By Zhang Chenshuo
Indian Defence Minister Rajnath Singh recently announced in public that India will transform from a major weapon importer to a major defense technology exporter in the near future.
According to the website of Indian Defence Review magazine, it was not the first time that the high-level Indian officials have made such an announcement, but it was hard for India to turn its ambition into reality.
India is attempting to become global weapon supplier
As the world’s largest weapon importer, Indiaimports 90% of its defense equipment and parts and components. Data show that from 2013 to 2017, India’s weapon import accounted for 12% of the world total, which is why Indian government and military leaders have expressed on multiple occasions their resolve to export arms.
At the opening ceremony of Defexpo India 2018, then Indian Defense Minister Nirmala Sitharaman said India would adjust the defense industry more quickly and export more defense products to the world. Indian Prime Minister Narenda Modi also emphasized that “it is strategically imperative for India to supply weapons around the world.”
The Indian Defense Ministry recently announced a plan to increase its arms export volume to 350 billion Indian rupees (about USD5 billion) by 2025, in the endeavor to become a global leader in weapon export.
Indian Defense Ministry also made a list of potential buyers that indicated that at least 83 countries and regions, including Vietnam, Thailand, Bahrain, Bangladesh and Malaysia, are interested. To keep these potential customers, New Delhi has worked out a costly promotion plan targeting them.
There are three obstacles in the way of India’s transformation
According to Indian Defence Review website, the Indian government must improve its administrative capability in order to transform from a weapon importer to an exporter, and should better defense enterprises’ management capability and production efficiency, but India hasn’t done very well in those aspects.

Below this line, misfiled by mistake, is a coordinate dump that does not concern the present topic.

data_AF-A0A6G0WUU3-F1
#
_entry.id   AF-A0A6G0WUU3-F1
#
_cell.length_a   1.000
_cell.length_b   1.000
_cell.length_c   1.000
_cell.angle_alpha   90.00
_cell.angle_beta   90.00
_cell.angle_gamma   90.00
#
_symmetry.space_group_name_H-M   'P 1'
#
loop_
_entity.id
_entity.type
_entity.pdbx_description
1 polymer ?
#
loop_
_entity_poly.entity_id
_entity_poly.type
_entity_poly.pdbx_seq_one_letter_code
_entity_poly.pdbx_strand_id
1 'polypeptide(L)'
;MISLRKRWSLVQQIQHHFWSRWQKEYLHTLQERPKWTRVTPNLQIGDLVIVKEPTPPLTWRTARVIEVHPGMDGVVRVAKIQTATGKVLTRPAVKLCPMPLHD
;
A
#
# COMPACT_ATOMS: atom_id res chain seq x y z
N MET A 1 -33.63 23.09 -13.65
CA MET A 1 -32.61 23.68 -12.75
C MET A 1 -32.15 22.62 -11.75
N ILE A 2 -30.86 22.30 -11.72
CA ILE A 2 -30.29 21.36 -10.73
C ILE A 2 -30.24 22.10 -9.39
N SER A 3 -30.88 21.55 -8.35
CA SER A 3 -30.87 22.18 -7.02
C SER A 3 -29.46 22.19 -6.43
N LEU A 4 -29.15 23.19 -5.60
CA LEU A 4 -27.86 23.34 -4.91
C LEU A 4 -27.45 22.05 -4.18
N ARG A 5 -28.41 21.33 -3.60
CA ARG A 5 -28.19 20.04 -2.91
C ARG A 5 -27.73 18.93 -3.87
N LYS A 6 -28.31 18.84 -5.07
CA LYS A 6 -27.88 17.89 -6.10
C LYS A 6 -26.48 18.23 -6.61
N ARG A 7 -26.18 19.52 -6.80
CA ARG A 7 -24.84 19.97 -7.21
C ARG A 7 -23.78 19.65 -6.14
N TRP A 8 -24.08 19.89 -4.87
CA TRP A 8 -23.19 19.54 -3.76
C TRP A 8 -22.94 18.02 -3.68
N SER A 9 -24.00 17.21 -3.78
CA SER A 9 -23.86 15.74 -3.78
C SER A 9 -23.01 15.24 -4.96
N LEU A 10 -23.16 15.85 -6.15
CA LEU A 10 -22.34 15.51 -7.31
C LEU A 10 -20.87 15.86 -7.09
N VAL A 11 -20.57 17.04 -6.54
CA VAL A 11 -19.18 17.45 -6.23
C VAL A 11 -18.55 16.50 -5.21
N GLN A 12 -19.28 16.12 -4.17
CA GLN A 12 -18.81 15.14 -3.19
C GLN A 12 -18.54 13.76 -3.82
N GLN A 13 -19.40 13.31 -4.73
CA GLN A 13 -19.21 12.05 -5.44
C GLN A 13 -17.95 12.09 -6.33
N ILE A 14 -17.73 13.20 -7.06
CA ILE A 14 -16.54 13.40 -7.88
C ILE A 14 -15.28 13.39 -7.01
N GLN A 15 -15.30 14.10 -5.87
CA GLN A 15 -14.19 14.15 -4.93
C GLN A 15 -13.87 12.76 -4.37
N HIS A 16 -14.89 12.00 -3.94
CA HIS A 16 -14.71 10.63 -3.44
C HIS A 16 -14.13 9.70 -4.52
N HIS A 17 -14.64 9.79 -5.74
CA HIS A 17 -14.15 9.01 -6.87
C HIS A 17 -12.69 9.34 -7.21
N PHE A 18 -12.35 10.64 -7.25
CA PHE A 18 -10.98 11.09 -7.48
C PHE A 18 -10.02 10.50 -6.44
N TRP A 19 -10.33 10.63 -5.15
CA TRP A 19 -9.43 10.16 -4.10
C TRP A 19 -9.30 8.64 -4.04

India’s Defense Research and Development Organization (DRDO) has an annual budget of about USD2.5 billion, not much less than the USD3 billion of the Defense Advanced Research Projects Agency (DARPA), an agency of the United States Department of Defense, but their research results differ wildly. There are three reasons why it’s hard for India to shift from a major weapon importer to a major exporter.
First, it is not economically strong enough to support the research and development (R&D) of advanced weapons. The Indian government plans to boost national economy to USD10 trillion in the next 8-10 years, but the Indian Defence Review website held that the country is barely able to reach the economic aggregate of USD5 trillion in the short term given the government’s administrative capability, population development and employment level.
Second, India’s weapon production is not stable. A retired Lieutenant General of the Indian army special forces said that front-line workers at Indian defense enterprises who receive a meager income have no enthusiasm for work and they often go on strikes or put off work, so the production of defense products cannot be guaranteed.
Besides, the low survival rate of small and medium Indian enterprises in face of the growing competition has led to the loss of large amounts of skilled workers, and it’s known to all that defense companies without sufficient technical talents cannot carry out stable R&D and production.
Third, Indian defense products have quality issues. Reuters reported the objective fact that India is not proficient enough in weapon design and manufacturing, its input-output ratio is too low, and military production is backward.
In particular, its manufacturing of products like aircraft is never satisfactory. Even Indian military has criticized domestic products harshly, calling many of their performance and technical indicators “far below the requirements”.